This study was conducted to investigate the relationship between erythropoietin concentration in umbilical venous blood and the indirect markers of fetal hypoxia (Apgar score, Abnormal FHR pattern, Meconium stained amniotic fluid, Umbilical arterial pH and blood gases).
Subjects and Methods
Eighty pregnant women with singleton pregnancy were selected for this study. Thirty women had no complications during pregnancy and fifty women had one or more complications during pregnancy; 19(38%) had pregnancy induced hypertension and/or pre-eclampsia; 11(22%) had Diabetes mellitus; 6(12%) had both Diabetes and hypertension; 8 (16%) had rheumatic heart disease and 6 (12%) had vaginal bleeding during pregnancy.
Forty-six (57.5%) infants were delivered spontaneously; 20 (25%) by Caesarian section before the onset of labor; 10 (12.5%) by Caesarian section after the onset of labor and 4 (5%) vaginally by operative means (forceps or ventous).
The infants' birth weight was nearly normally distributed with a range of 1050 to 4700gm. Seven (8.75%) weighed below the tenth percentile for gestational age (20)
The gestational age ranged from 33 to 42 completed weeks; 22(27.5%) were born before completed 37 weeks and 58 (72.5%) were term infants. Sixteen infants (20%) were transferred to our neonatal intensive care unit after birth, 12 for prematurity; 3 because of hypoglycemia and one because of pulmonary maladaptation.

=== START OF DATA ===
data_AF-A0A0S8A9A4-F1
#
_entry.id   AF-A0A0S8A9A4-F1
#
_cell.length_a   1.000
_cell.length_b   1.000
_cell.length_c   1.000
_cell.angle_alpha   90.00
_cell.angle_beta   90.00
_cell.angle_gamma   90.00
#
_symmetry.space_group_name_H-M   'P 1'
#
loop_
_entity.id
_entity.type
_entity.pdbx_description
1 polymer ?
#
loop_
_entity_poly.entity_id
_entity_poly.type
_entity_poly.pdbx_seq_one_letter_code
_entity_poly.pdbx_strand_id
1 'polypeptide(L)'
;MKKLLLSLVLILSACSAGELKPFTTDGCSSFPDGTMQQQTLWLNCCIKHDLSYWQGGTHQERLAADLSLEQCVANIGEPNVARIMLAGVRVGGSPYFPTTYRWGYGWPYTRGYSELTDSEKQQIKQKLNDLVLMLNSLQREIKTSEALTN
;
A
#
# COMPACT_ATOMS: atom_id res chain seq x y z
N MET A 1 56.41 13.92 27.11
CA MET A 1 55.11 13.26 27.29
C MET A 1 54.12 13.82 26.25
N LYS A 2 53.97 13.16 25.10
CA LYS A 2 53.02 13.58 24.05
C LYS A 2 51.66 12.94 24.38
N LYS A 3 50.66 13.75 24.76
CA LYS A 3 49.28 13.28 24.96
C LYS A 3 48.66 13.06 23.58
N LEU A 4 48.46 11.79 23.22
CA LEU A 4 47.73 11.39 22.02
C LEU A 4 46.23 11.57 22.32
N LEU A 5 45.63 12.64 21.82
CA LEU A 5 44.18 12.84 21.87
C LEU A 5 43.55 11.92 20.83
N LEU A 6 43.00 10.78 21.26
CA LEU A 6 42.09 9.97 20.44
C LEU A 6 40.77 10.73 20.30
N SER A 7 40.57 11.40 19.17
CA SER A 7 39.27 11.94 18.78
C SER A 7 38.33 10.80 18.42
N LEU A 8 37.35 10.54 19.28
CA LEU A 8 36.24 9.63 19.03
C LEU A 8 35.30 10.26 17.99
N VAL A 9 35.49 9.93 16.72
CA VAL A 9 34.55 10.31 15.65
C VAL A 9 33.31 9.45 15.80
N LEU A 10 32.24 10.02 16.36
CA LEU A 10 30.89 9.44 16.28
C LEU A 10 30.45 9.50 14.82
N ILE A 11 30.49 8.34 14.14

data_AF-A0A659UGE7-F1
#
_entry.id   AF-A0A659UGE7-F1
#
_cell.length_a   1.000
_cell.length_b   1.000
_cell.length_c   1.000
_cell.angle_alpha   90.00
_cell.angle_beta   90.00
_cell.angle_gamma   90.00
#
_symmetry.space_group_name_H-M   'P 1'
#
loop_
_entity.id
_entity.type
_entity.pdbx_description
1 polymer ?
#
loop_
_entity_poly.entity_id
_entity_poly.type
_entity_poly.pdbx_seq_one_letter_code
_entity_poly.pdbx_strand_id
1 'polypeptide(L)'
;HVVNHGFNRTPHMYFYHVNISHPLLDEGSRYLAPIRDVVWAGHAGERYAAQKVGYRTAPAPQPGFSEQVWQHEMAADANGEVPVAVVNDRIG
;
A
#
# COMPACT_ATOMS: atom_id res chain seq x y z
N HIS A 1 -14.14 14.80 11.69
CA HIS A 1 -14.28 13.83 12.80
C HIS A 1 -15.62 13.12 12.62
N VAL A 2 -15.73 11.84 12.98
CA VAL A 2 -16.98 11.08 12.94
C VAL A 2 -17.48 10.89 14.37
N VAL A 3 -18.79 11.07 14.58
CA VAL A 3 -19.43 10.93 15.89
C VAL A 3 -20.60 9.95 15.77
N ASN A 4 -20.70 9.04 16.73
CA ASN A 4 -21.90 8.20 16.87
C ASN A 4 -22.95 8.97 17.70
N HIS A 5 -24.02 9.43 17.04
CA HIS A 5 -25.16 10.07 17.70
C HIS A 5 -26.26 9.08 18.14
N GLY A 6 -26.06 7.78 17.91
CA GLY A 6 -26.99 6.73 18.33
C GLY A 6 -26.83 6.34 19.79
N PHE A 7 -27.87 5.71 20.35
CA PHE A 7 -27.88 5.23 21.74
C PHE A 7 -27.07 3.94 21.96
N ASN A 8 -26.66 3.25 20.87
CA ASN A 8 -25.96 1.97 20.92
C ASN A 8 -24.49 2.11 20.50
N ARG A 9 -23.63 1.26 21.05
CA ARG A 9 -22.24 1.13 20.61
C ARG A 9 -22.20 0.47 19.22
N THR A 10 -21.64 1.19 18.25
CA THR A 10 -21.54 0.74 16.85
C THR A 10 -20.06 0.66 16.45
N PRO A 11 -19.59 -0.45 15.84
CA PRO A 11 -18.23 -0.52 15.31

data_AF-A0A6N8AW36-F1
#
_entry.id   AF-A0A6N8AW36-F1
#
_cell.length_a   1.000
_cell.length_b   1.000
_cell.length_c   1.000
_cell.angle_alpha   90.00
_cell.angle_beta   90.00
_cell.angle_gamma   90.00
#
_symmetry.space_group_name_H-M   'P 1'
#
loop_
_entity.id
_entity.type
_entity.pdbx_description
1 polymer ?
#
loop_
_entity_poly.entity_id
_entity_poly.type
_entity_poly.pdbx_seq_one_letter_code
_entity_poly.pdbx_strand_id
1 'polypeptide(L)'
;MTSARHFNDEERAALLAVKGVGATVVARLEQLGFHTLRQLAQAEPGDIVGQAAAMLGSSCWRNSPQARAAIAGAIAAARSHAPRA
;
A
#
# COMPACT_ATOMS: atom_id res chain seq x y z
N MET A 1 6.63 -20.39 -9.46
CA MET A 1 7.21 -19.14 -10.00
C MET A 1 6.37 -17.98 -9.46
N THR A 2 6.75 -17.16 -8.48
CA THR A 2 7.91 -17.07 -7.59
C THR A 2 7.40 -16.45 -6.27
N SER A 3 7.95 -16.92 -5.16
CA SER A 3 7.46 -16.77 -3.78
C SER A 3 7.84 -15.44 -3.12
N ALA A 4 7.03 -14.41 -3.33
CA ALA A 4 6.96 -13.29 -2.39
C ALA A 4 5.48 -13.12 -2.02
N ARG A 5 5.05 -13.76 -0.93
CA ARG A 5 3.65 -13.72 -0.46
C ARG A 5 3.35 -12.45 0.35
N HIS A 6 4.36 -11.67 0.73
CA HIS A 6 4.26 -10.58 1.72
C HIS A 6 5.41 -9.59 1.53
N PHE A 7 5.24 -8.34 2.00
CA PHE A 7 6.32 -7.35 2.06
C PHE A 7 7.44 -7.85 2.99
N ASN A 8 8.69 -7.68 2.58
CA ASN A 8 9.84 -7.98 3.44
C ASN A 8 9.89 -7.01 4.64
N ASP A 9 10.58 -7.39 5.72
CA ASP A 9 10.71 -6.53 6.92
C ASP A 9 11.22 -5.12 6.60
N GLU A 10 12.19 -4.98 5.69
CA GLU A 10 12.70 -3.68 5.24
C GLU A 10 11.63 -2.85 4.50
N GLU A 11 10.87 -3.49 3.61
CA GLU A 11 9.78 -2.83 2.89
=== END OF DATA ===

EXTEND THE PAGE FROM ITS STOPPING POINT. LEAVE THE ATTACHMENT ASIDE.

Based on clinical signs of fetal distress, we defined four groups of infants:
1- Low-risk group (n=23) singleton term newborns (37-42 completed weeks) with no event detected that could lead to fetal hypoxia during pregnancy e.g. maternal diabetes, hypertension, vaginal bleeding, preterm labor, rupture of the membranes more than 24 hours before delivery or heart disease. Also there was no signs of fetal distress during labor e.g. meconium stained amniotic fluid, abnormal FHR pattern; umbilical pH below 7.20 or need for special care after birth.
2- Complicated pregnancy (n=25+ with events detected during pregnancy that can lead to fetal hypoxia and no signs of fetal distress.
3- Abnormal FHR pattern and/or meconium stained amniotic fluid (n=13) during labor but no umbilical acidosis.
4- Umbilical acidosis (n=19); umbilical arterial pH below 7.20 with or without abnormal FHR pattern
Erythropoietin was measured by competitive binding double antibody radioimmuno-assay technique (RIA)(20). Using Commercial Kit of Incstar-EPO trace, 125 I (Incstar Corporation, Stillwater, Minnesota USA).
Fetal heart rate was continuously recorded during labor using IM76 intrapartum fetal monitor (advanced Medical System Inc.) All recordings were evaluated retrospectively during the last 40 minutes of the first stage of labor by the same obstetrician who classified FHR according to that of MacDonald et al (21).